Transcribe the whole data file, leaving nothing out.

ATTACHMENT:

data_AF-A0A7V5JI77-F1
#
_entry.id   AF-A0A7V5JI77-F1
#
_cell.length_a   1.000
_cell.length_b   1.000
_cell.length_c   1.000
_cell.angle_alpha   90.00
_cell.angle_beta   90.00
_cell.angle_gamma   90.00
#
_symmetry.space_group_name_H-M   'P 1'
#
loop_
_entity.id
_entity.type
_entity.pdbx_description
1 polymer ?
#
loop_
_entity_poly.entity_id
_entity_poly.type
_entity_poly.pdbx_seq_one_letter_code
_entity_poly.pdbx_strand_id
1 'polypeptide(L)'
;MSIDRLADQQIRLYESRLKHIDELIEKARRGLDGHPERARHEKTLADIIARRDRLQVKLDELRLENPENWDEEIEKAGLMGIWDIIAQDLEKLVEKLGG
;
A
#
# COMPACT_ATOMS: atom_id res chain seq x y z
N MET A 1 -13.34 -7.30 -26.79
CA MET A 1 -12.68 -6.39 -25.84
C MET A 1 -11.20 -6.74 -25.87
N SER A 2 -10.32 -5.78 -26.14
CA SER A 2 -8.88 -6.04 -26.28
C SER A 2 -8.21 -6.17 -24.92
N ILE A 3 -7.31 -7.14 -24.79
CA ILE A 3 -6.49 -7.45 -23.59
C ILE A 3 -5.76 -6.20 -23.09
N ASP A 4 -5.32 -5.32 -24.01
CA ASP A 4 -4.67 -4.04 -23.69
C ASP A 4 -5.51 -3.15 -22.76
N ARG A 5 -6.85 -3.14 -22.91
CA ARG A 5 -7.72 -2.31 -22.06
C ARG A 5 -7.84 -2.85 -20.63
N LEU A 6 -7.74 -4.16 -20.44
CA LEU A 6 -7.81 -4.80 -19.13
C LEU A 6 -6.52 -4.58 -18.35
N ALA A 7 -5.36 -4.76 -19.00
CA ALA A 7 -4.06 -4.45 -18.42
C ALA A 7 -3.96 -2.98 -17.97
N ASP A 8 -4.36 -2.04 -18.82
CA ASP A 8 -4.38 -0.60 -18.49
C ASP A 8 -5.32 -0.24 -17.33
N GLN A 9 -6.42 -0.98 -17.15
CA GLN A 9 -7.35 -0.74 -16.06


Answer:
data_AF-A0A7V5JI77-F1
#
_entry.id   AF-A0A7V5JI77-F1
#
_cell.length_a   1.000
_cell.length_b   1.000
_cell.length_c   1.000
_cell.angle_alpha   90.00
_cell.angle_beta   90.00
_cell.angle_gamma   90.00
#
_symmetry.space_group_name_H-M   'P 1'
#
loop_
_entity.id
_entity.type
_entity.pdbx_description
1 polymer ?
#
loop_
_entity_poly.entity_id
_entity_poly.type
_entity_poly.pdbx_seq_one_letter_code
_entity_poly.pdbx_strand_id
1 'polypeptide(L)'
;MSIDRLADQQIRLYESRLKHIDELIEKARRGLDGHPERARHEKTLADIIARRDRLQVKLDELRLENPENWDEEIEKAGLMGIWDIIAQDLEKLVEKLGG
;
A
#
# COMPACT_ATOMS: atom_id res chain seq x y z
N MET A 1 -13.34 -7.30 -26.79
CA MET A 1 -12.68 -6.39 -25.84
C MET A 1 -11.20 -6.74 -25.87
N SER A 2 -10.32 -5.78 -26.14
CA SER A 2 -8.88 -6.04 -26.28
C SER A 2 -8.21 -6.17 -24.92
N ILE A 3 -7.31 -7.14 -24.79
CA ILE A 3 -6.49 -7.45 -23.59
C ILE A 3 -5.76 -6.20 -23.09
N ASP A 4 -5.32 -5.32 -24.01
CA ASP A 4 -4.67 -4.04 -23.69
C ASP A 4 -5.51 -3.15 -22.76
N ARG A 5 -6.85 -3.14 -22.91
CA ARG A 5 -7.72 -2.31 -22.06
C ARG A 5 -7.84 -2.85 -20.63
N LEU A 6 -7.74 -4.16 -20.44
CA LEU A 6 -7.81 -4.80 -19.13
C LEU A 6 -6.52 -4.58 -18.35
N ALA A 7 -5.36 -4.76 -19.00
CA ALA A 7 -4.06 -4.45 -18.42
C ALA A 7 -3.96 -2.98 -17.97
N ASP A 8 -4.36 -2.04 -18.82
CA ASP A 8 -4.38 -0.60 -18.49
C ASP A 8 -5.32 -0.24 -17.33
N GLN A 9 -6.42 -0.98 -17.15
CA GLN A 9 -7.35 -0.74 -16.06